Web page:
Dema Badr says the motivation behind opening Finch Gourmet Market & Wine Bar in Biltmore Village was a personal craving for a healthy, midafternoon snack to fuel her through long days running her women’s clothing boutique. “I’ve eaten every granola bar the neighborhood Citistop carries,” she says with a laugh. “Twice!”
Badr opened Scout Boutique in Biltmore Village in 2016. “All these little cottages on All Souls were originally neighborhood residences built by George Vanderbilt,” she explains. “Most owners moved out to other planned communities nearby, but I am incredibly fortunate because my landlord, Kathy Stafford, grew up in this cottage. She and her husband, Rusty, are still local and great landlords who really understand and support small business.”
Badr, too, understands small business. An Asheville native, her parents have owned the downtown landmark Asheville Discount Pharmacy since 1982, and she grew up in a retail environment. After spending some time traveling for work, she returned to Asheville in 2015 and opened Scout a year later.
She says that while the village has multiple venues for upscale dining and casual seated options, she had long mulled the idea of something to fit into “that weird time between three and five when you might want a healthy snack, something light, maybe a good glass of wine. It’s hard to find that here. Something to kind of refuel people who work here and tourists shopping and strolling.”
And then the tiny carriage house behind Scout, which the Staffords also own, became available, and Badr jumped at the chance. “I thought it was the perfect little spot for this concept I never thought would come to fruition,” Badr recalls. “Kathy said, ‘Go for it.’”
Because even a business that occupies only 300 square feet of space can’t succeed in a 3-5 p.m. window, Badr plans to launch Finch later this month and operate Monday-Saturday, 10 a.m.-8 p.m. “We won’t know if that’s what people want until we’re open for a while.”
There is not enough room for indoor seating, but the patio has benches and umbrella covered tables, accommodating about 30 guests.
Finch will offer coffee, espresso and fresh pastries in the morning, and chef Nigel Esser has created a menu of sandwiches and salads to be made by order and will stock the coolers with pre-made items, hummus, meats, cheese and olives to build a charcuterie plate.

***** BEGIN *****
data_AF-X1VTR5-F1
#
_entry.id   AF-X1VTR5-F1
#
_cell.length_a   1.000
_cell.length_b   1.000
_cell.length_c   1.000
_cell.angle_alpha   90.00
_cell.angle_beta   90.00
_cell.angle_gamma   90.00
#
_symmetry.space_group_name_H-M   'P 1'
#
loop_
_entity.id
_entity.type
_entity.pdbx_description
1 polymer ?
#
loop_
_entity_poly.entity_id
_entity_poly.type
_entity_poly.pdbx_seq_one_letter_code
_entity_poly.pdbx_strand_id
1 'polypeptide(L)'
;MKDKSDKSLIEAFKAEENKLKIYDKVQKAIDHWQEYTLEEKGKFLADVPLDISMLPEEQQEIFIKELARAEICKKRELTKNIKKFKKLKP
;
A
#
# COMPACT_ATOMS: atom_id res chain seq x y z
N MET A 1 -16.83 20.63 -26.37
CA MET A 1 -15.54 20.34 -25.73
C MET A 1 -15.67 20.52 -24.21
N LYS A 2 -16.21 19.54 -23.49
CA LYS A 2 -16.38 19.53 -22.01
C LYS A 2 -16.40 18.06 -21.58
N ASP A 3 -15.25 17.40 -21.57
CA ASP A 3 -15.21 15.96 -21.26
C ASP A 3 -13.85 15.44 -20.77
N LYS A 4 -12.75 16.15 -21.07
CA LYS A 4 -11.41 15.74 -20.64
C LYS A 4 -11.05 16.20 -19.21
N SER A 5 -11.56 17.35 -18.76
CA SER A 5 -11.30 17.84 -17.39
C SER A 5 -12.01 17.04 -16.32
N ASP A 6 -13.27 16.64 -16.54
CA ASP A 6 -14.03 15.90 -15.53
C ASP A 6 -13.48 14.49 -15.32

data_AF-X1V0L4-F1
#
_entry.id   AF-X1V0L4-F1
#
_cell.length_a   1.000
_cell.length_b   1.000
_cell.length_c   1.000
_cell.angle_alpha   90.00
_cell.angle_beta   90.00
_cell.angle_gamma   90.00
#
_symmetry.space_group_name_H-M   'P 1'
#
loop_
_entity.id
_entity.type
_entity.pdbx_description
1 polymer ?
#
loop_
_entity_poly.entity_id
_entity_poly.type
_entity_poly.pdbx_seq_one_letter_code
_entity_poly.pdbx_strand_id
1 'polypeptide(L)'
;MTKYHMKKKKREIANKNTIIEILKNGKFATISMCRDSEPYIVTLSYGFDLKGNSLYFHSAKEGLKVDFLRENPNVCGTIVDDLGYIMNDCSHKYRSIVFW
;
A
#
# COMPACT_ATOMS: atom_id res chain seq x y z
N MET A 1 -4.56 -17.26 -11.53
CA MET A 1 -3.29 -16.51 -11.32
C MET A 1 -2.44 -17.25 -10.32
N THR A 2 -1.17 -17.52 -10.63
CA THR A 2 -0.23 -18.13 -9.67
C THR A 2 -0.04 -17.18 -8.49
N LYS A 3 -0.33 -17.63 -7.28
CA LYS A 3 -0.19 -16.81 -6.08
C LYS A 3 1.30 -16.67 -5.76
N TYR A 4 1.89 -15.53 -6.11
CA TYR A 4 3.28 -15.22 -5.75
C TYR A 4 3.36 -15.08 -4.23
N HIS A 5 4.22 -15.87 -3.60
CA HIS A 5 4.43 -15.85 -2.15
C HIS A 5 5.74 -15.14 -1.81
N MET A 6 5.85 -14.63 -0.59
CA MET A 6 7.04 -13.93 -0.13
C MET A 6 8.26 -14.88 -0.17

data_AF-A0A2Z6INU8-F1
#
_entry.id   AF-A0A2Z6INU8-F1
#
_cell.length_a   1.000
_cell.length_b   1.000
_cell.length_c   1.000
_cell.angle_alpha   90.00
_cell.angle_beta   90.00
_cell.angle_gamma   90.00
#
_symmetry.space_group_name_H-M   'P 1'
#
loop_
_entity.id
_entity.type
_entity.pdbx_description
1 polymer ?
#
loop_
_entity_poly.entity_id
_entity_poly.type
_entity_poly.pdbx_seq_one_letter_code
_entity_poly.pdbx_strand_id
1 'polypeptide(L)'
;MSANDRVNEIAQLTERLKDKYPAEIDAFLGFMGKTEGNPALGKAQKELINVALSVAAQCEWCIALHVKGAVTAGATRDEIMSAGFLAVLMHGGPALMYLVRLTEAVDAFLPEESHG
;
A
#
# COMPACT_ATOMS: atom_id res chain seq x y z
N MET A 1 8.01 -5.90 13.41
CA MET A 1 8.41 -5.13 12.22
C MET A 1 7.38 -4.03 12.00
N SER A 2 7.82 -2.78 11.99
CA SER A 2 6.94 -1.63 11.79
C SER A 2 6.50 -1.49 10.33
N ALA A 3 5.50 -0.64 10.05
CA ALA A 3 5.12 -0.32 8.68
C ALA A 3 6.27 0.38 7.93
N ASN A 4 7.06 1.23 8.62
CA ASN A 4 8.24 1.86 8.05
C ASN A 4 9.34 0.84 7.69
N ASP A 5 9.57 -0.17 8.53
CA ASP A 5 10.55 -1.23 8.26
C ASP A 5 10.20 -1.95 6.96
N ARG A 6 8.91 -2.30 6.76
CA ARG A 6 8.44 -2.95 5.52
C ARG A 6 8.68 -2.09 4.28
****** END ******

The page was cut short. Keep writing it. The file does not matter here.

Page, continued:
Badr notes, “We have list of about 60 wines, so you can treat Finch as your local little bottle shop, or take a glass or bottle outside with some cheese and crackers. We’ll also have several nonalcoholic options. I want everyone who comes to Finch to feel that we thought of them.”
Finch Gourmet Market & Wine Bar is at 10 ½ All Souls Crescent. For updates, visit avl.mx/bjy.
When Hollie West launched The Sweet Monkey café and bakery in Marshall in July 2014, her intention was to open early for breakfast, segue to lunch and sell the baked goods she was already known for. When customers weren’t beating down the door in the early mornings, she tweaked her hours to serve lunch and dinner. A single mother of a young boy, she somehow made it all work. But then COVID-19 arrived, shutting the Monkey down.
Like many, she pivoted, reopening on Labor Day weekend 2020, with a new concept she described as “scratch-made convenience store,” with prepared items in the cooler, take-away-and-finish meals and take-and-bake pizzas.
At the start of 2022, West took a break to turn the space’s kitchen into an R&D lab, testing how to freeze her popular pizzas to sell to food distributors and local restaurants and markets. “We had to modify our recipes so the pizza would come out as if it has never been frozen. It is not a par-cooked dough; it is a raw dough, and that sets us apart from other frozen pizza,” she explains. “You are getting first cook on everything, and everything is made from scratch.”
Positive reviews have resulted in early success. Performance Food Group, out of Morristown, Tenn., now carries the Sweet Monkey brand pies labeled with a cartoonish pair of pizza-making monkeys. Additional carriers include Sara Jo’s Station and Tobacco Road in Hot Springs, Madison Natural Foods in Marshall, Sanctuary of Stuff in Weaverville and West Village Market on Haywood Road.